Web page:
I'm going to be running an online business which will involve reviewing PDFs submitted by unknown users . How can I ensure my safety when opening PDFs.

Edit:I already have antivirus software

note: I have considered using a VM however I would like to know if there are any other practical methods

  • Some programs do a “sandbox” - but is one available for pdf??? – Solar Mike Mar 17 '18 at 23:01
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    Avoid Adobe. Use an alternative PDF Reader. Preferrably one that doesn't have support for scripting e.g. sumatra pdf reader. But run it inside a virtual machine anyway. There are also sites that can convert a pdf to html for you. www.pdftohtml.net – SpiderPig Mar 17 '18 at 23:40
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    There are also online pdf readers e.g. pdfpro.co – SpiderPig Mar 17 '18 at 23:46
  • From this post on security.stackexchange.com: security.stackexchange.com/questions/18878/… Using sandboxie+VM works as a rather simple and lightweight option – linuxdev2013 Mar 17 '18 at 23:49
  • For those who say "Avoid Adobe," is should be noted that the latest versions of Acrobat have built-in capabilities to mitigate security issues. If you open a PDF file from an external source, by default Acrobat will open it in Protected View with the following message: Protected View: This file originated from a potentially unsafe location, and most features have been disabled to avoid potential security risks. You can still view the document and click the Enable All Features button as necessary. – Run5k Mar 18 '18 at 2:12

I'd use Google Drive to view the PDF's, especially just the Preview should be sufficient for viewing only, and let Google check and update for viruses & safety (using an up-to-date browser).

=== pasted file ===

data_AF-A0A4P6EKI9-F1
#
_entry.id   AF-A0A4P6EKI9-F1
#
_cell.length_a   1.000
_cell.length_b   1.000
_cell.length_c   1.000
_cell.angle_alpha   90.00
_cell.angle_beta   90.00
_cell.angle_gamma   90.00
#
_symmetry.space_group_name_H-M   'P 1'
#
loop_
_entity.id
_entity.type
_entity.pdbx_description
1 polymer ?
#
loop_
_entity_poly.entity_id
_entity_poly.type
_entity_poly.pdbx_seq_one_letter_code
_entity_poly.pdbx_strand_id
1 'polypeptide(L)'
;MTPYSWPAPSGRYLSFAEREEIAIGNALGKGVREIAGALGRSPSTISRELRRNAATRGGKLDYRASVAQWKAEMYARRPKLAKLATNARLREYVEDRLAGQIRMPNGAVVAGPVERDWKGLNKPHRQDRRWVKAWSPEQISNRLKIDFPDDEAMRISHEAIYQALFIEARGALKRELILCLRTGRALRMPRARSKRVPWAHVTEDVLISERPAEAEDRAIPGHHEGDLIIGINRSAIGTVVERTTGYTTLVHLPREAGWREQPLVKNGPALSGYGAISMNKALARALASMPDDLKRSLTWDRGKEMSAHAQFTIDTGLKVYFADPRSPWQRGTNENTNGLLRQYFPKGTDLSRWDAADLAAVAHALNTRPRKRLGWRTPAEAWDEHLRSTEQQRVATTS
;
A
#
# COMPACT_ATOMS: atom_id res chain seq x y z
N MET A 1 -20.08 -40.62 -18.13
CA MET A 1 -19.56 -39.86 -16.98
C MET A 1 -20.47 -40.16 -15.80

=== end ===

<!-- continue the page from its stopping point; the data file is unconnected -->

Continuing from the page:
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It also has "apps" for opening PDF's like Lumen PDF and DocHub among others, for editing, etc. (Google Docs itself actually did a terrible job of opening a PDF for me, no images, basically copied only the plain unformatted text into a word processor.)

Then you don't have to worry at all about possibly infecting your local machine, and don't even have to download the files.

And, it's always nice to let Google handle the online backups directly too. Depending how "online" your "online business" is you might never have to keep a single file on your own device, and could have the whole business in your pocket on any device.

If considering a VM, they usually automatically install "convenient" features to use the VM easier, like drag files in/out and share files/clipboard, but AFAIK it's not a secret that the OS is running in a virtual machine.

Several live linux's specifically check to see if they're in a VM and have "utilities meant to be run inside the virtual machine... they provide closer integration and allow to share data through shared folders between the host system and the virtual machine." So I'm actually surprised Virtual machine escape isn't more wide-spread (related to Hyperjacking too, fyi).

So it looks like it would take more than just opening up VirtualBox with a linux ISO to try using a "hardened" system (but the read-only nature of a live ISO is good, not to mention general immunity to windows-specific threats).


Using a VM is a little overkill. AV should be scanning it on receiving anyway. For extra peace of mind; Sandboxing would be the answer.

Using something like Comodo (free) virtual desktop or having it sandbox the PDF readers executable on execution is easiest I think.

I've run Comodo alongside other AV software fine, just disable Comodos AV. Mostly used for it's firewall features so it's extra protection.

As a side note .. Consider how all these PDFs would be created? If it's from your own service or customers/clients then there shouldn't be a problem if they want your services. (less likely but I know the problems)

  • update frequently.

PS: I think Google Drive will allow you to view PDF without "executing" anything locally, so see about storing them there and I'm sure it's virus checked also.

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    Using a VM is a little overkill...until the first successful exploit breaks out and leverages an elevation of privilege vulnerability. Then it wouldn't be overkill. – I say Reinstate Monica Mar 18 '18 at 3:40

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